And was I ever so glad to get home.

Facebook and blogging are an introvert’s best friends, by the way.

Apparently I am also a sensor/feeler. I knew this. Although I have been in denial for a very long time.

I am like the thermostat for a room full of people. I can detect if even one person is uncomfortable, confused, or otherwise “off-kilter”.

And I am miserable for them until the situation is corrected.

Sometimes I even take it upon myself to ask the question I know is contributing to the look of confusion on their face, even if I already know the answer.

I rock like that.

This information means it is highly unlikely I will ever be a boss.

I could never fire anyone.

I’d be too worried about how they would be feeling.

So when I’m old and gray and wrinkled (well, I’m already working on that last part), and you find me alone next to a wall warming myself by a heater, please consider engaging me in stimulating conversation and laughter as you’ve been instructed above.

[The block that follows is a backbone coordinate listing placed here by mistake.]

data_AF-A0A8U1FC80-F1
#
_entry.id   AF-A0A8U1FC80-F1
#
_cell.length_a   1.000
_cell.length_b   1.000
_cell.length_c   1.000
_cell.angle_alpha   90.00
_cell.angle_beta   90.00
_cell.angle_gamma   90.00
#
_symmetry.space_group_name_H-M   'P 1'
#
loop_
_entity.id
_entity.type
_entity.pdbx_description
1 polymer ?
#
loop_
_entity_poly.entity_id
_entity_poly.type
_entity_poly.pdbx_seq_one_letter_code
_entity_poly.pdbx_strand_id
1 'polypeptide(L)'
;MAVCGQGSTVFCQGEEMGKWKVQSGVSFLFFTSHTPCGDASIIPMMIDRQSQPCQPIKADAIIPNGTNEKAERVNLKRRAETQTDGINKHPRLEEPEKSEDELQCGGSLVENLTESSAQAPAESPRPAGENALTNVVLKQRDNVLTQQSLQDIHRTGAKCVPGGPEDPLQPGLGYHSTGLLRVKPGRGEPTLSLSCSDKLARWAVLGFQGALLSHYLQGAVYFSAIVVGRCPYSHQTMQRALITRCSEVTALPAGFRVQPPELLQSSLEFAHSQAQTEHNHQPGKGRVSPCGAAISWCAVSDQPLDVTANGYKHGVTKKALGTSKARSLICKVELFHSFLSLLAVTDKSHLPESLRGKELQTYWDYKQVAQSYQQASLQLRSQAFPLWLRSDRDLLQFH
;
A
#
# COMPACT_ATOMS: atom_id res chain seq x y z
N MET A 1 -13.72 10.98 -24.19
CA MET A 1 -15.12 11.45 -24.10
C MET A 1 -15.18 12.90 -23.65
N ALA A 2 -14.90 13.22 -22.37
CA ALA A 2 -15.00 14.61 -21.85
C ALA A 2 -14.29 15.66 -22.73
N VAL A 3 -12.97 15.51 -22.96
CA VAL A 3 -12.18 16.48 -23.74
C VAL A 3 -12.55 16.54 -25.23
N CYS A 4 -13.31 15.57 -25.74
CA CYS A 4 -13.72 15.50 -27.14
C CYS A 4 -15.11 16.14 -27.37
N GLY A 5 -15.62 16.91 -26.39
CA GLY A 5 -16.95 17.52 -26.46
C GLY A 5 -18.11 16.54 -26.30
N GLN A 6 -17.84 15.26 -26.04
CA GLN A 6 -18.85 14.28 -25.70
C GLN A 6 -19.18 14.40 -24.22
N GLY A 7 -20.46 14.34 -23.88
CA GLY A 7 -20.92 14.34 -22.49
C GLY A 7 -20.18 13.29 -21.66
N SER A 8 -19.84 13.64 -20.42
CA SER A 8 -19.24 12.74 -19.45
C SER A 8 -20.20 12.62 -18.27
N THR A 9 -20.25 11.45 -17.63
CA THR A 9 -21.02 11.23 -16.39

Maybe it will help keep my brain in semi-working condition.

For or Against and Feedback Followup

Election Day is here. Many have already cast their vote. I have not. Yesterday’s writing outlined the issues that are important to me, and likely many others, yet it acknowledged an attitude of apathy that I have developed due to frustration with career politicians, manipulation of said politicians by corporations and special interests, and the feeling that the political system has become a contest to see who can be hated the least instead of supported the most.

I added a link to my blogpost as my Facebook status yesterday along with a cocky, smart aleck comment about potentially not voting and what’s the point. Interestingly enough NO ONE had anything to say about the issues I mentioned, but I apparently struck a nerve with some by suggesting it might be pointless to vote.

It seems suggesting that one might choose not to vote ranks right up there with suggesting there isn’t really a fiery place called Hell.

The comments I received ranged from determination to vote against Rick Perry and his ridiculous monthly rent house payment being paid by the taxpayers of Texas to a plea to vote because our troops are fighting to protect our voting rights to how fortunate we are that we do have the right to disagree with elected officials or even choose not to vote.